I bought an HP PSC 1410 All-in-One a few months back. Having not made much use of the scanner I decided to put into action something which I had been planning to try out for a long time. The end product of my actions is below (*straight face*).


Here's how it was done :- the basics were sketched by hand and scanned. The scanned image was enhanced and coloured, the text was added and the bounding boxes were put in place. All digital editing was done using GIMP. A convoluted method I admit, but I did try using the mouse to draw. Of course, a Wacom tablet would have been handy here.

P.S. : If you weren't able to figure out what the doodle is all about, please accept my humble apologies - those were meant to be ostriches. The Wikipedia entry for the same should be helpful here.

P.P.S. : I just might post more of these here. (*runs away*)

Tags : Cartoons, Humour

Posted by Rajat @ 8:38 PM   |  Comments

Breathless Red, breathtaking Red

Sample these abridged lines from Orhan Pamuk's My Name is Red, which I am currently reading.

Indifference, time and disaster will destroy our art. [...] Greedy, shameless mice will nibble these pages away; [...] Child princes will scrawl over the illustrations with toy pens. They'll blacken people's eyes, wipe their runny noses on the pages, doodle in the margins with black ink. [...] While mothers destroy the illustrations they consider obscene, fathers and older brothers will jack off onto the pictures of women and the pages will stick together, not only because of this, but also due to being smeared with mud, water, bad glue, spit and all manner of filth and food. Stains of mold and dirt will blossom like flowers where the pages have stuck together. [...] Not only our own art, but every single work made in this world over the years will vanish in fires, be destroyed by worms or be lost out of neglect: [...], your red-tinted pictures of love and death, yours and all the rest, all of it will vanish ...

Ethereal, isn't it? Pamuk manages to vividly illustrate the ephemeral nature of man's artistic creations in the passage. But at the same time he makes you appreciate the timelessness of art. You can detect a hint of defiance in the artist's passionate outburst when he is speaking of art doomed to face extinction. An almost breathless (and breathtaking) outpouring of devotion and resignation from the artist. The missing parts probably take away some of the beauty of the passage, but that should in turn be an incentive for you to buy & read the book (You don't seriously expect me to type out two pages of the fiery stuff, do you? :-) ).

Tags : A Bookworm's Diet

Posted by Rajat @ 11:36 PM   |  Comments

Xgl on SUSE 10.1

What do you think of the image below? How do you think I generated it? Photoshop? GIMP? Some 3D image manipulation software?

Screenshot of my rotating desktop
Rotating Desktop

Nope, none of those. That is just a screenshot of my Linux desktop being rotated (taken using KSnapshot).

Yeah, you read that right. Desktop being rotated, courtesy Xgl.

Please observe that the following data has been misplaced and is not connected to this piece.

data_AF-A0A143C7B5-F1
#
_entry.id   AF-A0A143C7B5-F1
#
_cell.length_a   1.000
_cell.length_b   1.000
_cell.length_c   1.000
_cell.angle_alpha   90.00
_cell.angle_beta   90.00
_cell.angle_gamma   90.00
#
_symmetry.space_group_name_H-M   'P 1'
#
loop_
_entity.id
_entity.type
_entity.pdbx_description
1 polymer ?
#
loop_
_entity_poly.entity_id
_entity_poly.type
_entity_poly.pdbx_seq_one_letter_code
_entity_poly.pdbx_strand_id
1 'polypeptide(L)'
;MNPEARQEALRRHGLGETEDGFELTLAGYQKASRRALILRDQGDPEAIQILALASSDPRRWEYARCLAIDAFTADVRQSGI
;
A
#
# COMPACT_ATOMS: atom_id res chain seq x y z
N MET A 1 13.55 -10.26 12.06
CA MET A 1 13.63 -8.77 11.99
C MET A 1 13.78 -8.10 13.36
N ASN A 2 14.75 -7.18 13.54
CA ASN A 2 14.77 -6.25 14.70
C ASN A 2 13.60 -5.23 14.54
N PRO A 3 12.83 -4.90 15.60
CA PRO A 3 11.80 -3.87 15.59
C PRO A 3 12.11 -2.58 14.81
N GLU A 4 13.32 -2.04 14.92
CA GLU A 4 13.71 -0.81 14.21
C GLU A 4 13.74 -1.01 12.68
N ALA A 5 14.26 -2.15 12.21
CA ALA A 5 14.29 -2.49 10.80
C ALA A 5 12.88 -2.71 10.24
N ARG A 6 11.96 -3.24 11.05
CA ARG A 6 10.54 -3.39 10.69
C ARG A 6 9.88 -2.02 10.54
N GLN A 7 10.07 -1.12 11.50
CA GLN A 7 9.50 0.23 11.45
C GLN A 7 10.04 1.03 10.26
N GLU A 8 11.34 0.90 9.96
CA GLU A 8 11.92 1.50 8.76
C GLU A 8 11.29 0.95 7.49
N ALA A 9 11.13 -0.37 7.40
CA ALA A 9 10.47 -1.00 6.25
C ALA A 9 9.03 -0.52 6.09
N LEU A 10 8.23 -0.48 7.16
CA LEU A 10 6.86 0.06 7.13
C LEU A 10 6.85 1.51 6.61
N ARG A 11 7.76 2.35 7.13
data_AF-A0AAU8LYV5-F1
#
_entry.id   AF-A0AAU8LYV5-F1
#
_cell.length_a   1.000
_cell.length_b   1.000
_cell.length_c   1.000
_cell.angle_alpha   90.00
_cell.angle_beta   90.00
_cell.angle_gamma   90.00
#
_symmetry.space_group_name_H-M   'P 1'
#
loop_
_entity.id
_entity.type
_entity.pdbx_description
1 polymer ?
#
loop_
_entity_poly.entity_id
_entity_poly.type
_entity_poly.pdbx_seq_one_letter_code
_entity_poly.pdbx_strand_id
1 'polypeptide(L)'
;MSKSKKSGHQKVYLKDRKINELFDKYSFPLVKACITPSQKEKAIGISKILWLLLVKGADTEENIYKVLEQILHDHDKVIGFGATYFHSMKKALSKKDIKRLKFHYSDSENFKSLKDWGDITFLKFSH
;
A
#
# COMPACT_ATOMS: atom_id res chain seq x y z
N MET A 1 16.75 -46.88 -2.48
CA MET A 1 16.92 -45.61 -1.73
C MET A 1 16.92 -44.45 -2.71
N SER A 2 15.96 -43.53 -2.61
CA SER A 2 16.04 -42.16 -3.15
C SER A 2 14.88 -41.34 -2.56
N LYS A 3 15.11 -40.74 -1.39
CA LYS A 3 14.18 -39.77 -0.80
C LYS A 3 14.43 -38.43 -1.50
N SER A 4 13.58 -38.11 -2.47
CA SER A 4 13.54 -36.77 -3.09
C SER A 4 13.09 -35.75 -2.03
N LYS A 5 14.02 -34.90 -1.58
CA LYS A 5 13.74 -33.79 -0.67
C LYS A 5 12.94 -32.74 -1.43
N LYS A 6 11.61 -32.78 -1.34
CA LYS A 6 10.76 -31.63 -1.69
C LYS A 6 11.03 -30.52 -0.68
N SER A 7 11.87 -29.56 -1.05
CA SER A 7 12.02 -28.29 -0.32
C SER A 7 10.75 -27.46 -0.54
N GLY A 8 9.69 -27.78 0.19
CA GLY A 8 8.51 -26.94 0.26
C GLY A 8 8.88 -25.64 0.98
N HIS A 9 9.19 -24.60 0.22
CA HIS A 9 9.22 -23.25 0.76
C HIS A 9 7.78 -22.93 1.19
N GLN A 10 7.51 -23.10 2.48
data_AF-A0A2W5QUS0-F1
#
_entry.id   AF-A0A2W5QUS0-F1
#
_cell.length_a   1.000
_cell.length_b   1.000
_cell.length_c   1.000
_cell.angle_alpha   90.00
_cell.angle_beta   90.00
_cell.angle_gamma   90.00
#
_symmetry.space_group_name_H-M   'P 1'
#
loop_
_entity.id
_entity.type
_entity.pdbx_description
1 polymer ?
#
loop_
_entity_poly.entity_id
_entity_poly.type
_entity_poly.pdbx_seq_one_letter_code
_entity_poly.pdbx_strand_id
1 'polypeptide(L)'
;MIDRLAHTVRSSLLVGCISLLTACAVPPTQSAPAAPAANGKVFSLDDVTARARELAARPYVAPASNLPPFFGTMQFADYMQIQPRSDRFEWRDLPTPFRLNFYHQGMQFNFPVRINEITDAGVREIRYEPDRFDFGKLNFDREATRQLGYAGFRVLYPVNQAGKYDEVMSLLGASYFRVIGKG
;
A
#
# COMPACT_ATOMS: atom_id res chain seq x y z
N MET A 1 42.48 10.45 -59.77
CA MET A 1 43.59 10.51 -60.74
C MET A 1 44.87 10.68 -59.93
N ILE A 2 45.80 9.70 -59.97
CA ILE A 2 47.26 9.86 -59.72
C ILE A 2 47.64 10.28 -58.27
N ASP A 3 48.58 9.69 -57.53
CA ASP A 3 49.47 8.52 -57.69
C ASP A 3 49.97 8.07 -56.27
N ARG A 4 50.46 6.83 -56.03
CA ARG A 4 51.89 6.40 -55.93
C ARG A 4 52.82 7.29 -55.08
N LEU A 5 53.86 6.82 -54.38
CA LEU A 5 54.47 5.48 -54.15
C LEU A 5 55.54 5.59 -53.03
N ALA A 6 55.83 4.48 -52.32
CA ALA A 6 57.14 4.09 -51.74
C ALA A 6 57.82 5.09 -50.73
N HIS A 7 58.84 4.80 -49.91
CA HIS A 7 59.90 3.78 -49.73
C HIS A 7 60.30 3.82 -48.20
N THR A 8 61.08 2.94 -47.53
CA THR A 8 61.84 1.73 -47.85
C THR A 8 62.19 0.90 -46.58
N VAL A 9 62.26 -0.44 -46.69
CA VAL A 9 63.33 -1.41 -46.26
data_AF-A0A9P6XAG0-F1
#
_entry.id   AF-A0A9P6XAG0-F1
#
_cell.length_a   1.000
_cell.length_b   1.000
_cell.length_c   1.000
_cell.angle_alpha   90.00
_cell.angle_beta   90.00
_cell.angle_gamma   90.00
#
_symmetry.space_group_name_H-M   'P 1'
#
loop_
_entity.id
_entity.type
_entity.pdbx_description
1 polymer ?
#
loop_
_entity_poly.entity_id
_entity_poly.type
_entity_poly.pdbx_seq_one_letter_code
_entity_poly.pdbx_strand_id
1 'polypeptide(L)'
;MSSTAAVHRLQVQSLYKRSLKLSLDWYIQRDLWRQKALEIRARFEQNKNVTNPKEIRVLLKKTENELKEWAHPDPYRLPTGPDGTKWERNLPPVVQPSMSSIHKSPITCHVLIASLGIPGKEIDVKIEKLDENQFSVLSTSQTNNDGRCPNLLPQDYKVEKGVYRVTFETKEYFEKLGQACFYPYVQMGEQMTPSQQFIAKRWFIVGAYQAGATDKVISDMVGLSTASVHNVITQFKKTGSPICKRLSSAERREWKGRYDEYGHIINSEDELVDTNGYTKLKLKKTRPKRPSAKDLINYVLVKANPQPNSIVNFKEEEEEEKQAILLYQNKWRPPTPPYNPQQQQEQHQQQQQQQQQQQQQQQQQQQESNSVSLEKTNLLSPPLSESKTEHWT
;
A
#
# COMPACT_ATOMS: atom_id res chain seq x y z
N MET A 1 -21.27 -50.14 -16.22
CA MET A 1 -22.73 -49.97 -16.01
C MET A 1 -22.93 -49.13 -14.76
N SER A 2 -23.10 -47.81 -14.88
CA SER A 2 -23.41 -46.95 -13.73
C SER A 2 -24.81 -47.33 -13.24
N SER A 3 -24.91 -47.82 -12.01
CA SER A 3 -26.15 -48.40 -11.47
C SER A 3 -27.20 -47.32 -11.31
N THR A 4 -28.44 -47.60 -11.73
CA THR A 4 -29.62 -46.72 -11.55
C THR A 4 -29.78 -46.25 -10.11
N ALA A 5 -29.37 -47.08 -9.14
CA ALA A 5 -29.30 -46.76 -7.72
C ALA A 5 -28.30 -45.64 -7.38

I have SUSE Linux 10.1 on my home PC which is powered by an Intel Pentium IV 1.8 GHz processor on an Intel 845GL Chipset with onboard graphics card. I had tried to enable Xgl manually before by editing some configuration files using the instructions given here. That hadn't worked. But today I followed the method given on the openSUSE website and it worked like a charm (In retrospect, I realise that I had forgotten to enable 3D aceleration on my card :-)). I had also tried this on my test machine in office - a Dell machine with an ATI card. But no such luck there :-(.

The Xgl page says that my graphics card is totally unsupported (it is not even there in the hardware list). Yet it works. Of course, the display is a wee bit slower & Compiz doesn't support the theme I use on KDE. Also scrolling is slow and if I am playing music at the same time then the music gets jittery.

There are other cool things that you can do with Xgl enabled - check out the Xgl page for more details. The screenshot below shows one of them where pressing the Pause key gives you a thumbnail view of all open windows. Click on any window & that window becomes the active window while the other windows get back to their original state. This is similar to Exposé on Mac OS X.

Exposé-like effect
Exposé-like effect

Now if you are thinking that all this is just eye candy and has no practical use, you are wrong. Some of these effects are useful in making the desktop more accessible to visually impaired users. The cube view is useful in explaining the multiple desktop metaphor to users. The best part is the chance it gives you to show off to others (As you can see your opportunistic host has already grabbed this chance ;-)).

Red Hat has something similar to Xgl in Fedora Core 5 called AIGLX. I do have FC 5 installed but I haven't checked this out yet. I am not even sure whether the necessary packages are installed. I found the installation process for FC 5 very unfriendly. I had been a Red Hat loyalist in my college days. But after comparing FC 5 and SUSE 10.1, I am hooked to openSUSE.

Tags : Linux, The Binary Files, Usability

Posted by Rajat @ 11:05 PM   |  Comments